To Do, To Don’t (Jenn Goodwin) and Icône Pop (Mayday) 2017 SummerWorks Review

Photo of Mélanie Demers by Brianna Lombardo

Those looking for an easy show need not attend. Steeped in abstraction and absurdity, the double-bill power combo that is Icône Pop by Mayday and To Do, To Don’t by Jenn Goodwin  in SummerWorks 2017 never let me get comfortable with a convention. These generous performers do not care if you understand.

To Do, To Don’t is set uniquely in the lobby of the theatre. Seating includes a few sparse chairs, but most of us sit on the floor around the whole perimeter of the room. I’m already curious.
The floor is littered with note-scribbled papers. They’re all but ignored, only acknowledged in the chance encounter of stepping or rolling onto them once it begins.
From the corner of the room emerges a navy blue mass, a shock of blonde waves flopping from the top, slowly sliding along the floor, completely shielded in the dark warmth of a blanket.
It progresses into larger movement, not quite dance but definitely dance trained, unpredictable, but not erratic. Obsessive is a word that comes to mind. Obsessive, and frustrated.
Solo artist Jenn Goodwin’s explorations feel like secrets we’re only overhearing sacred snippets of. When she faces away from me, I wonder what secrets her hair tells that part of the room.
Only when she starts to use her fingers to point and silently plead for understanding does it feel that I’m invited to offer support, rather than merely observe and discern.
Over her performance is recorded sound, either speech or music. One, a relatable list of things “I really should” do by Kelly Mark. The other, a delicious blend of atmospheric and rhythmic melodies by Peregrine Falls.
Despite sitting on a floor with a wet umbrella, I barely noticed discomfort. I was absolutely mesmerized.
Goodwin’s frenetic energy is impressive. From a practical place, she uses dynamic techniques for transitioning from standing to floor and back. I also wonder how she doesn’t get a headache whipping her neck like that, but then again, maybe she does.
On top of it all, her work appears effortlessly endless, until silent moments when we hear heavy breathing, the telling evidence of work hard done.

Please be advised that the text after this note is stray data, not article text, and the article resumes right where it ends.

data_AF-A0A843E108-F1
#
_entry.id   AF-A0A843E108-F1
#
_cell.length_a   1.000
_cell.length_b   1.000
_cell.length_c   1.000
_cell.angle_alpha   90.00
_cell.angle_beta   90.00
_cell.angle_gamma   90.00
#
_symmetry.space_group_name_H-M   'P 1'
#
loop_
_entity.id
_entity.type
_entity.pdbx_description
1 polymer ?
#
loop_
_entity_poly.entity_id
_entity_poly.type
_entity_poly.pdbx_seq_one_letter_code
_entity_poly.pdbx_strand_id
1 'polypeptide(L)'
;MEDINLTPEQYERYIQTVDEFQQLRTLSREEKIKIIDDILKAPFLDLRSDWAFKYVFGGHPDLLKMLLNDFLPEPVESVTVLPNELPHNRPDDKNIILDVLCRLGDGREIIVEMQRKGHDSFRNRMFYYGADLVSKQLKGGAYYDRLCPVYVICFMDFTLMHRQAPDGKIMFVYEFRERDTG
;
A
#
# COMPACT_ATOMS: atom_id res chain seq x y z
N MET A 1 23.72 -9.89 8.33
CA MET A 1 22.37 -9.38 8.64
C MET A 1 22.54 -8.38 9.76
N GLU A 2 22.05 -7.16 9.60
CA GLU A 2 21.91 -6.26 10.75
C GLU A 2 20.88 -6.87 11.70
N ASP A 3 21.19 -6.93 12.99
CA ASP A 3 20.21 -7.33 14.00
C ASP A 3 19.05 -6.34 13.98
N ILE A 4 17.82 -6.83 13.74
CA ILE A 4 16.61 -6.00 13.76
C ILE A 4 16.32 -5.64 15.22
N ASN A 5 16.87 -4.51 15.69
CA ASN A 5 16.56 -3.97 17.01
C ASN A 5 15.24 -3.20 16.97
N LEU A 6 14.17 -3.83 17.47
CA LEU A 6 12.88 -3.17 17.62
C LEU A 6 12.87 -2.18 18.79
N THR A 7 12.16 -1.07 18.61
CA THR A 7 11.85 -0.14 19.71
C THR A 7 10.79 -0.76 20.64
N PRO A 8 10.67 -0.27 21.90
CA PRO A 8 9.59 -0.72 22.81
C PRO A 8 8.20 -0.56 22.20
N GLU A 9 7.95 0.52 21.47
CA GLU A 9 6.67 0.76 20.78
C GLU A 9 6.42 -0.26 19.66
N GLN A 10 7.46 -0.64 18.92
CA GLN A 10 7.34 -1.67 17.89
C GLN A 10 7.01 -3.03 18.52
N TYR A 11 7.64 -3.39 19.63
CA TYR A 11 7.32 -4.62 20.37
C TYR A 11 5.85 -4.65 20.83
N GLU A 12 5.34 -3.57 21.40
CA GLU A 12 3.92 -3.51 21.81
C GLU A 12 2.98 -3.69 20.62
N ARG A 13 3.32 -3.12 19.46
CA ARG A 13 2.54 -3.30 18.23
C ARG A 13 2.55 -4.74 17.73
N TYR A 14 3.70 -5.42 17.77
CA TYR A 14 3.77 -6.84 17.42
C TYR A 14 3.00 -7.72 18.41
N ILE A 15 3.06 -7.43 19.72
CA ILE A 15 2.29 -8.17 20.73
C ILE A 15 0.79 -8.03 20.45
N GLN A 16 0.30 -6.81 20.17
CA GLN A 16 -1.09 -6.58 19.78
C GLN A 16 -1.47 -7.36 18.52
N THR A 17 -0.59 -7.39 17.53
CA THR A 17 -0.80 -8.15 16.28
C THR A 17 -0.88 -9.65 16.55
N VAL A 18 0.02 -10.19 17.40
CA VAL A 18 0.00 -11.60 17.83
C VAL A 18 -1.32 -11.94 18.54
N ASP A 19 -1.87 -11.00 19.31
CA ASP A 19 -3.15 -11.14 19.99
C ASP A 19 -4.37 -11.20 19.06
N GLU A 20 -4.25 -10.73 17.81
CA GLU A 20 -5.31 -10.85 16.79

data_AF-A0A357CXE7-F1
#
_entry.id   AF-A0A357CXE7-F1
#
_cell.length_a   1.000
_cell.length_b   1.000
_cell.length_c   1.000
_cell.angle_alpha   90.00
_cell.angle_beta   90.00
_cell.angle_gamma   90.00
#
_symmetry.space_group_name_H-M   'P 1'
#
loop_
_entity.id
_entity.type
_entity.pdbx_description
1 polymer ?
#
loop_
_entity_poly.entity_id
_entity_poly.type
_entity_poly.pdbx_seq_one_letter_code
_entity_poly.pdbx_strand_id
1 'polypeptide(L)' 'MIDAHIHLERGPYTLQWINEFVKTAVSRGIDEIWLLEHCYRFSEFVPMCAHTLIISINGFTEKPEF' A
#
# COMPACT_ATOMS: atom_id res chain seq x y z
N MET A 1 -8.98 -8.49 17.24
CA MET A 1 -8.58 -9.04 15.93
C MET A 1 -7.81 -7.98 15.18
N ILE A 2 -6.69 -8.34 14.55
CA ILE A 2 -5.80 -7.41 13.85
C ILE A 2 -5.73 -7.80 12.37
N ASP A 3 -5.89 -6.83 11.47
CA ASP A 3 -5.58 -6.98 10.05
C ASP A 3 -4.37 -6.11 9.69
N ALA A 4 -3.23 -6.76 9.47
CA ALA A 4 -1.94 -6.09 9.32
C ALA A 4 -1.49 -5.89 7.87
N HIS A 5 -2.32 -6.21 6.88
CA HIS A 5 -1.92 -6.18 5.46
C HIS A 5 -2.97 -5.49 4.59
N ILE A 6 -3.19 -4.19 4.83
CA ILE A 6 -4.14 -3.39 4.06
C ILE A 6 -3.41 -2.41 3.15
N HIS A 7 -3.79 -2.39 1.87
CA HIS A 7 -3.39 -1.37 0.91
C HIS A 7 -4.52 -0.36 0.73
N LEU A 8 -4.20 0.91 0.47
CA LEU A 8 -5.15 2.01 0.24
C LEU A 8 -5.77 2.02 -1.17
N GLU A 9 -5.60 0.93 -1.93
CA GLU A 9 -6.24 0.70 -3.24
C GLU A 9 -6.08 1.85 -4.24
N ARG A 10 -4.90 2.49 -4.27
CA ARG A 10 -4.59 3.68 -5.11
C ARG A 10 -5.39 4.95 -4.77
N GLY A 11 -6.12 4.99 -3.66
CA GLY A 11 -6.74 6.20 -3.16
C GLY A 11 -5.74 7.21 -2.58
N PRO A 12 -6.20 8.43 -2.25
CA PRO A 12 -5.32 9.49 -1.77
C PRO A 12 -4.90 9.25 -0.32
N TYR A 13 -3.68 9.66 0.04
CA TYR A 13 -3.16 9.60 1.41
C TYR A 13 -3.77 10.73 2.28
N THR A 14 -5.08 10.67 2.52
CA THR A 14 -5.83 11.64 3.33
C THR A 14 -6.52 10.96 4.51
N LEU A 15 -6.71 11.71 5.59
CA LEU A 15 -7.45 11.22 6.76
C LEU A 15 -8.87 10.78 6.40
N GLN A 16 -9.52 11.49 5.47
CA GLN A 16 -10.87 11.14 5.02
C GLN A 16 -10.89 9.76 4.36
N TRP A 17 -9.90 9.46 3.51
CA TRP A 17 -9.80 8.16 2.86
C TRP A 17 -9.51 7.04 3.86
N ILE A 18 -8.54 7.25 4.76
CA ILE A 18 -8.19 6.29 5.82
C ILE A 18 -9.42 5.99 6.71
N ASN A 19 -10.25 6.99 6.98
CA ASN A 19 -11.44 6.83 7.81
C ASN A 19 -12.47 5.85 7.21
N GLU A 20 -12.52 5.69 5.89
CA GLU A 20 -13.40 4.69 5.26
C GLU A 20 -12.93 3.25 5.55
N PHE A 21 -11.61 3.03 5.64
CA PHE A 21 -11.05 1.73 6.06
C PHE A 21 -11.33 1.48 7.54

Work worth checking out, if you ask me. I’ve never been so entranced by a blanket and hair.


Icône Pop

Icône Pop takes To Do, To Don’t‘s secret compulsions and raises you one very public enigma, in the form of bold creator-performer, Mélanie Demers. Alongside her is composer/singer Mykalle Bielinski.

Alongside them, is us. Quite literally, as the seating in this theatre is mobile, and currently arranged in parallel sections, the middle reserved for a luxurious fur blanket and special light. Demers performs in the fullness of the stage between us.

She also performs with the curtains open, the theatre awash in natural light. Staring forward at Demers was also to stare into the eyes of whoever was sitting across from me.

Combine that with the sexual, absurd, and confrontational nature of this show, and it leaves the audience exposed, a part of the show even, as Demers looks into our eyes and licks the air.

Before she enters the stage though, she is seated outside, through the centre doors, on a throne of concrete in a gown of tarp, facing the road as the cars swish by on rainy asphalt. “Look at that image,” remarks one intrigued audience member. Queen Street, indeed.

The haunting voice of Bielinski echoes through the space as we’re sitting down, and in moments through the show. Demers enters slowly, firmly lifting her blue skirt to expose her stocking-ed ankles and silver-pumped feet as she regards us.

We’re then taken on a visceral, intense journey, woven in metaphysical threads of movement, voice, and pointed costuming.

I can’t reveal more detail than that. It’s simply something you have to experience, and the element of surprise is, I think, an important ingredient of this, at times challenging, experience.

On its own, each piece demands attention. Together, these shows are two sides of the same coin, and an excellent pair to share. Bring your open mind, your generous heart, and your most controversial friends. Prepare for some juicy post-show banter.


To Do, To Don’t and Icône Pop play at The Theatre Centre – Franco Boni Theatre, 1115 Queen Street West, Toronto, ON

  • Saturday August 5th 12:00pm – 1:15pm
  • Sunday August 6th 2:45pm – 4:00pm

SummerWorks tickets are now Pay What You Decide at $15, $25, or $35, whichever suits your budget. All tickets are general admission and there are no limits to any price level. Tickets are available at the performance venue (cash only), online and in person at the SummerWorks Central Box Office – located at Factory Theatre (125 Bathurst Street). Open August 1-13 from 10am-7pm. Cash and credit accepted.

Several money-saving passes are available if you plan to see at least 7 shows.

Audience Advisory: To Do, To Don’t contains coarse language.

Image of Mélanie Demers by Brianna Lombardo